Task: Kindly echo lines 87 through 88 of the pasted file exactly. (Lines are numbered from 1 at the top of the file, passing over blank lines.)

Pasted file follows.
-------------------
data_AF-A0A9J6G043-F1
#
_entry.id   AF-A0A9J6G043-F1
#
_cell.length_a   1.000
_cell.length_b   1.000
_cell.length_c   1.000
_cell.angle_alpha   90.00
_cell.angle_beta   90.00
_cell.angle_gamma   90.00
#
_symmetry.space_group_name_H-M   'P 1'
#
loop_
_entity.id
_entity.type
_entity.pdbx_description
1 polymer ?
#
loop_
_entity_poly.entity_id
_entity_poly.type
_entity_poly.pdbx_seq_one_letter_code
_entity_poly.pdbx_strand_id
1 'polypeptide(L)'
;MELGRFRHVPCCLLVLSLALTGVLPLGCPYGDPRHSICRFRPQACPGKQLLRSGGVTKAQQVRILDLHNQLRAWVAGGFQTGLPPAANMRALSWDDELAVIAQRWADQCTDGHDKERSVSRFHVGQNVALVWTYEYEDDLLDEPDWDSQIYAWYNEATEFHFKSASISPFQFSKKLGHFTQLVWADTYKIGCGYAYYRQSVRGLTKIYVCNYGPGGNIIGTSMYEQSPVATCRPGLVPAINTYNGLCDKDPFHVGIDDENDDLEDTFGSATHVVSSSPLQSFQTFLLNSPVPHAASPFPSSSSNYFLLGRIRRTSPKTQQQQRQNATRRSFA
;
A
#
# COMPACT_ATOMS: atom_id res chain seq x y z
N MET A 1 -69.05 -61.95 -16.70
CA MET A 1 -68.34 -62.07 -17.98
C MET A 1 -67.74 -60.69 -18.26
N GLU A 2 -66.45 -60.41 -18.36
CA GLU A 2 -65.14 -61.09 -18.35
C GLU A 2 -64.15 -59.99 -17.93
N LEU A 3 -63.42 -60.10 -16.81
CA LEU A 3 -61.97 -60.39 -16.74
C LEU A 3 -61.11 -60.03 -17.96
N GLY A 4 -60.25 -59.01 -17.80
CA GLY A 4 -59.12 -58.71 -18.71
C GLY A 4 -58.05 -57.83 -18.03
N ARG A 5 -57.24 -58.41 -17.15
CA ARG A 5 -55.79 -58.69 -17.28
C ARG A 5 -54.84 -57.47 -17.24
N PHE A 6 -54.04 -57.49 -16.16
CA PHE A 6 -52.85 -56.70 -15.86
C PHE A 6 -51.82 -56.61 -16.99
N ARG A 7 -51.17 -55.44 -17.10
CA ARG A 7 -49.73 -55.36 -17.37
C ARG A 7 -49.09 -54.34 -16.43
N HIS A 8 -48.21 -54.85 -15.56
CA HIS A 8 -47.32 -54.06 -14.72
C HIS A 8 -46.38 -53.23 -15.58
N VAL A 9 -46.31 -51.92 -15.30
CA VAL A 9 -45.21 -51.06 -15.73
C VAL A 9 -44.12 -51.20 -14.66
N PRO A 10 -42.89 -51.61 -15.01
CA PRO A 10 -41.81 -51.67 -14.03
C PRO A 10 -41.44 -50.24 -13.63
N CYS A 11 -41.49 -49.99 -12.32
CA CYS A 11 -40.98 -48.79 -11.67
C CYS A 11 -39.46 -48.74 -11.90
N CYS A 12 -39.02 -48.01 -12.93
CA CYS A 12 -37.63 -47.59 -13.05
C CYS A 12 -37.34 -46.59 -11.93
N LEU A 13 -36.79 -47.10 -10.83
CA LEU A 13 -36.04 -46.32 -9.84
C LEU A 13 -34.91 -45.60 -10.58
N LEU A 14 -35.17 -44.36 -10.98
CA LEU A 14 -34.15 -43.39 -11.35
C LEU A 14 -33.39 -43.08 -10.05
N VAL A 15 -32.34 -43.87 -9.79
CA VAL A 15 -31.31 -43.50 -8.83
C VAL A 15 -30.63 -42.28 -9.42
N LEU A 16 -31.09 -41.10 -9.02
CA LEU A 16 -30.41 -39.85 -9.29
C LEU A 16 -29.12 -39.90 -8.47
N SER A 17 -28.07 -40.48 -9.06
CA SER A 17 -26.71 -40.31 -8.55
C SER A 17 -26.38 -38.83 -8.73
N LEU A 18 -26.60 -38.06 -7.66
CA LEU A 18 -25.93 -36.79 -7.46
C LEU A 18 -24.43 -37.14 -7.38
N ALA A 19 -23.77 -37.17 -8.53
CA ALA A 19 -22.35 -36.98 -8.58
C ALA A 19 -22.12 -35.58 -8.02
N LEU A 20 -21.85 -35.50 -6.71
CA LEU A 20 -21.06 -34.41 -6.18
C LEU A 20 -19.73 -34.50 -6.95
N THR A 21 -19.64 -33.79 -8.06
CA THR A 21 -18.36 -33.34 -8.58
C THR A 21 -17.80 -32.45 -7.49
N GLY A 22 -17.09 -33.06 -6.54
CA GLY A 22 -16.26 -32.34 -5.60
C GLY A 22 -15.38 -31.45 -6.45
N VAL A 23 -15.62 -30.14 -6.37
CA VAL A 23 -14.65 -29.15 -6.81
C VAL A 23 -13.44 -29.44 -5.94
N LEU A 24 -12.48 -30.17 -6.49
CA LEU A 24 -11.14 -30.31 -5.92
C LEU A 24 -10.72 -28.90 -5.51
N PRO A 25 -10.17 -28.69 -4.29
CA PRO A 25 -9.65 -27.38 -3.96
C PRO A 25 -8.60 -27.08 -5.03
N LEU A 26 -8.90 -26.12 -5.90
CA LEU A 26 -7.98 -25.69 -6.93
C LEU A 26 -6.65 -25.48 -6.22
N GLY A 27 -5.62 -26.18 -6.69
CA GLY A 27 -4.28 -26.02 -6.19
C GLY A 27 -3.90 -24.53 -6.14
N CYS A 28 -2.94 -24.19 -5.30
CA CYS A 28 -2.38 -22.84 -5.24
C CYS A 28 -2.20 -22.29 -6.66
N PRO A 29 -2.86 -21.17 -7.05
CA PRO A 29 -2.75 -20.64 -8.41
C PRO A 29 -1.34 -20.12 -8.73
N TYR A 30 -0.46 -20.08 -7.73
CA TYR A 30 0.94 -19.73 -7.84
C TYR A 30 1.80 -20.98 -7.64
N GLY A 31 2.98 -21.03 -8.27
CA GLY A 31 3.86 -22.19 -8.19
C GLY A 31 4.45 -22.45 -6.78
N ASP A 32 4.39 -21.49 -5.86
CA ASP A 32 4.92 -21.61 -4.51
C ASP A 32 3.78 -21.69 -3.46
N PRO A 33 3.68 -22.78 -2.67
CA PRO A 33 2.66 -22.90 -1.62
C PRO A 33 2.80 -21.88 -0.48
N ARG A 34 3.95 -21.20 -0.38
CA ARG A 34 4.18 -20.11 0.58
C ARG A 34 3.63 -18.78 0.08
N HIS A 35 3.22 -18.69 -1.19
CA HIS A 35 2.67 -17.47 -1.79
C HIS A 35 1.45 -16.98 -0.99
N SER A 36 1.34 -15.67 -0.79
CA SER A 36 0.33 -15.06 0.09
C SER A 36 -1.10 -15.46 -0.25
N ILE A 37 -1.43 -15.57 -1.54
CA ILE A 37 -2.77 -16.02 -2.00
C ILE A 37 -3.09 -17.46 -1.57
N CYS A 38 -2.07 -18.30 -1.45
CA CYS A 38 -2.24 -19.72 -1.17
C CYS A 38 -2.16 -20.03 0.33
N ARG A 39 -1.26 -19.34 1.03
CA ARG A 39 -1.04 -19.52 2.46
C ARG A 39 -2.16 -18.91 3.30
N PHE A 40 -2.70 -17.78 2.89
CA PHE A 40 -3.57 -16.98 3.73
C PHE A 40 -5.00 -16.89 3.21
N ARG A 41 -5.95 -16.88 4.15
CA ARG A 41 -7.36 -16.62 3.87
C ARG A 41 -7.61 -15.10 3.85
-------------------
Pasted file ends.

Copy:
C ALA A 19 -22.12 -35.58 -8.02
N LEU A 20 -21.85 -35.50 -6.71